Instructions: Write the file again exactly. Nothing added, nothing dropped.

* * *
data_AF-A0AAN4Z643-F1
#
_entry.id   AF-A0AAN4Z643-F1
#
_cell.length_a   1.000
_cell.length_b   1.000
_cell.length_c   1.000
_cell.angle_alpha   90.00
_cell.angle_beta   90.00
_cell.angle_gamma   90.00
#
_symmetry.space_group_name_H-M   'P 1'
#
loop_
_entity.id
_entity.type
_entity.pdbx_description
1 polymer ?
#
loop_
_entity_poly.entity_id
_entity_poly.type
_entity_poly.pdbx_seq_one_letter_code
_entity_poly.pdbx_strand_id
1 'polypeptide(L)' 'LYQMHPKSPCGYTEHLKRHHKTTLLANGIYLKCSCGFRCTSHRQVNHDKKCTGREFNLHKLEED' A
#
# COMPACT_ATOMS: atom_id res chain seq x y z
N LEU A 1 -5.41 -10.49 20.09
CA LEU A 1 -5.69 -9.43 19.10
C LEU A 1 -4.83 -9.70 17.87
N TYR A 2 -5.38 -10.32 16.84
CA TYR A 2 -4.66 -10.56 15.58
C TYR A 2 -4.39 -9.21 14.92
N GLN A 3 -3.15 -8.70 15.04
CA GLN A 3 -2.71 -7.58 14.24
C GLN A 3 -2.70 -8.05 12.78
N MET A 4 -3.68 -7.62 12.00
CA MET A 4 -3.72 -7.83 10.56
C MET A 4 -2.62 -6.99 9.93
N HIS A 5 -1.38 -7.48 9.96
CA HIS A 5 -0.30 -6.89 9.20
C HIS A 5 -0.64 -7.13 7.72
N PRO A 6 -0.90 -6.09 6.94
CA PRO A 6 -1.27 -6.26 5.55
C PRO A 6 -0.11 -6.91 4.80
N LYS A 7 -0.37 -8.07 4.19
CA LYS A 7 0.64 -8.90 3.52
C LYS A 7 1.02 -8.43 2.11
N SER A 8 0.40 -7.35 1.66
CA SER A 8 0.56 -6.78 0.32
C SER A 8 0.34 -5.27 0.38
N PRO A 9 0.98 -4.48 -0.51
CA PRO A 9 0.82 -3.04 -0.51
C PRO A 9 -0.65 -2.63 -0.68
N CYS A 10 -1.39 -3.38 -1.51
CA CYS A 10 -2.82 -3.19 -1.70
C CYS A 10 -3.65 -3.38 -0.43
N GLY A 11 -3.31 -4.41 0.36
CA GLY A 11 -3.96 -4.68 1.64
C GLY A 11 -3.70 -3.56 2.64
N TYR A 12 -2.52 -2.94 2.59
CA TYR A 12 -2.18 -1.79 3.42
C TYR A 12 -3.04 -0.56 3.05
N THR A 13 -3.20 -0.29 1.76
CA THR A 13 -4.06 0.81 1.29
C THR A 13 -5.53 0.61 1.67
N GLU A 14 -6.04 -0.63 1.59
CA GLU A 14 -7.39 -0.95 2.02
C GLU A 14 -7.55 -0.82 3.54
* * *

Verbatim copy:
data_AF-A0AAN4Z643-F1
#
_entry.id   AF-A0AAN4Z643-F1
#
_cell.length_a   1.000
_cell.length_b   1.000
_cell.length_c   1.000
_cell.angle_alpha   90.00
_cell.angle_beta   90.00
_cell.angle_gamma   90.00
#
_symmetry.space_group_name_H-M   'P 1'
#
loop_
_entity.id
_entity.type
_entity.pdbx_description
1 polymer ?
#
loop_
_entity_poly.entity_id
_entity_poly.type
_entity_poly.pdbx_seq_one_letter_code
_entity_poly.pdbx_strand_id
1 'polypeptide(L)' 'LYQMHPKSPCGYTEHLKRHHKTTLLANGIYLKCSCGFRCTSHRQVNHDKKCTGREFNLHKLEED' A
#
# COMPACT_ATOMS: atom_id res chain seq x y z
N LEU A 1 -5.41 -10.49 20.09
CA LEU A 1 -5.69 -9.43 19.10
C LEU A 1 -4.83 -9.70 17.87
N TYR A 2 -5.38 -10.32 16.84
CA TYR A 2 -4.66 -10.56 15.58
C TYR A 2 -4.39 -9.21 14.92
N GLN A 3 -3.15 -8.70 15.04
CA GLN A 3 -2.71 -7.58 14.24
C GLN A 3 -2.70 -8.05 12.78
N MET A 4 -3.68 -7.62 12.00
CA MET A 4 -3.72 -7.83 10.56
C MET A 4 -2.62 -6.99 9.93
N HIS A 5 -1.38 -7.48 9.96
CA HIS A 5 -0.30 -6.89 9.20
C HIS A 5 -0.64 -7.13 7.72
N PRO A 6 -0.90 -6.09 6.94
CA PRO A 6 -1.27 -6.26 5.55
C PRO A 6 -0.11 -6.91 4.80
N LYS A 7 -0.37 -8.07 4.19
CA LYS A 7 0.64 -8.90 3.52
C LYS A 7 1.02 -8.43 2.11
N SER A 8 0.40 -7.35 1.66
CA SER A 8 0.56 -6.78 0.32
C SER A 8 0.34 -5.27 0.38
N PRO A 9 0.98 -4.48 -0.51
CA PRO A 9 0.82 -3.04 -0.51
C PRO A 9 -0.65 -2.63 -0.68
N CYS A 10 -1.39 -3.38 -1.51
CA CYS A 10 -2.82 -3.19 -1.70
C CYS A 10 -3.65 -3.38 -0.43
N GLY A 11 -3.31 -4.41 0.36
CA GLY A 11 -3.96 -4.68 1.64
C GLY A 11 -3.70 -3.56 2.64
N TYR A 12 -2.52 -2.94 2.59
CA TYR A 12 -2.18 -1.79 3.42
C TYR A 12 -3.04 -0.56 3.05
N THR A 13 -3.20 -0.29 1.76
CA THR A 13 -4.06 0.81 1.29
C THR A 13 -5.53 0.61 1.67
N GLU A 14 -6.04 -0.63 1.59
CA GLU A 14 -7.39 -0.95 2.02
C GLU A 14 -7.55 -0.82 3.54